Washington, DC — The U.S. Fish & Wildlife Service may soon be replacing hundreds of its biological technicians and fish hatchery workers with private contractors. The USFWS Director, however, is asking his superiors at the Department of Interior to stop the process, according to the all-employee email released today by Public Employees for Environmental Responsibility (PEER).
On February 8,USFWS Director Steve Williams sent out an all-employee email confessing his unhappiness with the way contractor competitions (under a Bush Administration initiative called “Competitive Sourcing”) had been conducted for its biological science technicians and aquatic husbandry staff. Williams contended that the competition results did not match departmental needs and were not conducted in a manner that “is fair to both our employees and to potential private bidders.”
Williams’ action strongly implies that the private companies underbid the federal employees and are in a position to take over these job classes. Offices of Personnel Management records show USFWS employing 659 biological science technicians, who conduct much of the fieldwork for agency scientists, and 90 aquatic husbandry personnel, who support the agency fishery and hatchery operations.
In the email, Williams disclosed that –
“I believe that the Biological Support Services study needs further consideration. I have recommended to the Assistant Secretary for Policy, Management and Budget, who is the DOI Competitive Sourcing official, that we terminate the Aquatic Species Husbandry competition and that we review the Biological Support Services study to determine whether we can conduct this competition in a way that meets the goals of the President’s Management Agenda…”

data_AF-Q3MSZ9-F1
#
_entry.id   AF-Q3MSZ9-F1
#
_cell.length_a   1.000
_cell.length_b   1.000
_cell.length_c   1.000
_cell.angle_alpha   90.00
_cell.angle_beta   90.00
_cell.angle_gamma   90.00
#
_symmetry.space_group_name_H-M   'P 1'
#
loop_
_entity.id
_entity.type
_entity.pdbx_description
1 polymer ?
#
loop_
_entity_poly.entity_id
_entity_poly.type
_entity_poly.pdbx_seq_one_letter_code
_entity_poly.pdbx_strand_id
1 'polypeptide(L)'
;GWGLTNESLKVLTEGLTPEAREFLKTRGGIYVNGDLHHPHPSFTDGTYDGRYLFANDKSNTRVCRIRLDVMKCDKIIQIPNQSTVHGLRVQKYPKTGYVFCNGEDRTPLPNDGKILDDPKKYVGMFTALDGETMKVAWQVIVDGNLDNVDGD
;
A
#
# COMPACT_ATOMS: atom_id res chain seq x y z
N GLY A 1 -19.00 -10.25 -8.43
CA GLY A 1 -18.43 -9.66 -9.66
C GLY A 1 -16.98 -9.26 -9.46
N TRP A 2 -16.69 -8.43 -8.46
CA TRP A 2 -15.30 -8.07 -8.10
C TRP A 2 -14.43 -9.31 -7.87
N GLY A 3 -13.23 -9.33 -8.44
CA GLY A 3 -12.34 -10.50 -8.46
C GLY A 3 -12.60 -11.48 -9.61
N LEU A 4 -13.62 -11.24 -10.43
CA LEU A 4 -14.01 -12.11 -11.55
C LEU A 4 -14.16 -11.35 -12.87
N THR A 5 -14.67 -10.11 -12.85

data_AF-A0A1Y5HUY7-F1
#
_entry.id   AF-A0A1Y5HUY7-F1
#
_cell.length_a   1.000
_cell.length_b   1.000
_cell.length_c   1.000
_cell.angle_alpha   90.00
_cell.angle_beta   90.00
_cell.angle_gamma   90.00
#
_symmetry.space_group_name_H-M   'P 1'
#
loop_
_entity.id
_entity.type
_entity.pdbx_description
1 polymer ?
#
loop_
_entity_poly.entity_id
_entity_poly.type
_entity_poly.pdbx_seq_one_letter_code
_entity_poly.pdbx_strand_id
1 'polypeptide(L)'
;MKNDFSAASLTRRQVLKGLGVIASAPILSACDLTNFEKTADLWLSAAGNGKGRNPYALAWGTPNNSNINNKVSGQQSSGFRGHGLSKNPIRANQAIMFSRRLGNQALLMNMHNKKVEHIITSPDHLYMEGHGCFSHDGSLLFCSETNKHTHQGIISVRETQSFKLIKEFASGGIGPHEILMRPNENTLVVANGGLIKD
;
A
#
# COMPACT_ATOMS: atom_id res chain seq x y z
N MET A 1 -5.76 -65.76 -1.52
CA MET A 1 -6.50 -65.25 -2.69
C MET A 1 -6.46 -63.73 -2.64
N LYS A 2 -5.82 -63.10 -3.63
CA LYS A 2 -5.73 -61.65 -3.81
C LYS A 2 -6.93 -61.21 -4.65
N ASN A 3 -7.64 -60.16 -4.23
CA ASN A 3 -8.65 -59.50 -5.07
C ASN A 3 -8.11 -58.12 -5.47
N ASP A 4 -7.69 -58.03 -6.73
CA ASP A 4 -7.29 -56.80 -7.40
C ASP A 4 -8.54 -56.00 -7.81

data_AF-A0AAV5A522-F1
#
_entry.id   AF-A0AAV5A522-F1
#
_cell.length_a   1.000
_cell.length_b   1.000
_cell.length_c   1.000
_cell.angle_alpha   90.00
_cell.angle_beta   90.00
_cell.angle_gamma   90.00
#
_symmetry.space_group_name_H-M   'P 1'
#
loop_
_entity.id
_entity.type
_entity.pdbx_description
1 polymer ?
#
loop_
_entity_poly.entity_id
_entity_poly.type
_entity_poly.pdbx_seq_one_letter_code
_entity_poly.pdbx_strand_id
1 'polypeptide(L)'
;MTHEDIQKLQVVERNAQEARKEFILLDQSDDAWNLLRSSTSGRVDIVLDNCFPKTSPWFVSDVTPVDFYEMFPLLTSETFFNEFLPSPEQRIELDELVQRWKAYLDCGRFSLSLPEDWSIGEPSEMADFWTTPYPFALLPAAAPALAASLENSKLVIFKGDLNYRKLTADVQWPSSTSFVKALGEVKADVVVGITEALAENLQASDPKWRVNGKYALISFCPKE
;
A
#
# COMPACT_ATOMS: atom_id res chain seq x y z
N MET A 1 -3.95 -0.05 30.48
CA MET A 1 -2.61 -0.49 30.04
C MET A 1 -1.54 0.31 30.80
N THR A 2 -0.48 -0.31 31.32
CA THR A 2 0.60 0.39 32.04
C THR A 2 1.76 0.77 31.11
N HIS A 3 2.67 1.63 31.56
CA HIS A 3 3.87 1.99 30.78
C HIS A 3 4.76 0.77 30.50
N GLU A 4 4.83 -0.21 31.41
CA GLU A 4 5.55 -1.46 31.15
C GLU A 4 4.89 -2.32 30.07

The Interior Assistant Secretary for Policy, Management and Budget is Lynn Scarlett, recently nominated by President Bush for a promotion to Deputy Interior Secretary, the second highest-ranking position in the Cabinet agency. Scarlett spent the 20 years prior to the Bush Administration at a right-wing free-market think tank called the Reason Foundation. In the past, Scarlett has spurned pleas from department heads, such as the National Park Service Director, to slow the pace of privatization.
“Williams’ email is just the latest acknowledgement that the Bush Administration drive to auction off the maximum number of federal jobs is disrupting the public services that are supposed to be improved,” stated PEER Executive Director Jeff Ruch. “Wildlife does not care about free market ideology but they stand to be casualties in the bidding war cross fire now underway.”
To ease concerns that stopping the current competitions would slow the pace at which USFWS was meeting Bush Administration management targets for contracting, Williams announced that he was offering to speed up bidding for engineering, architecture and clerical positions. Most of these positions are in the National Wildlife Refuge System.
“Bean counters not experienced wildlife professionals are making the key management decisions for the U.S. Fish & Wildlife Service,” Ruch concluded.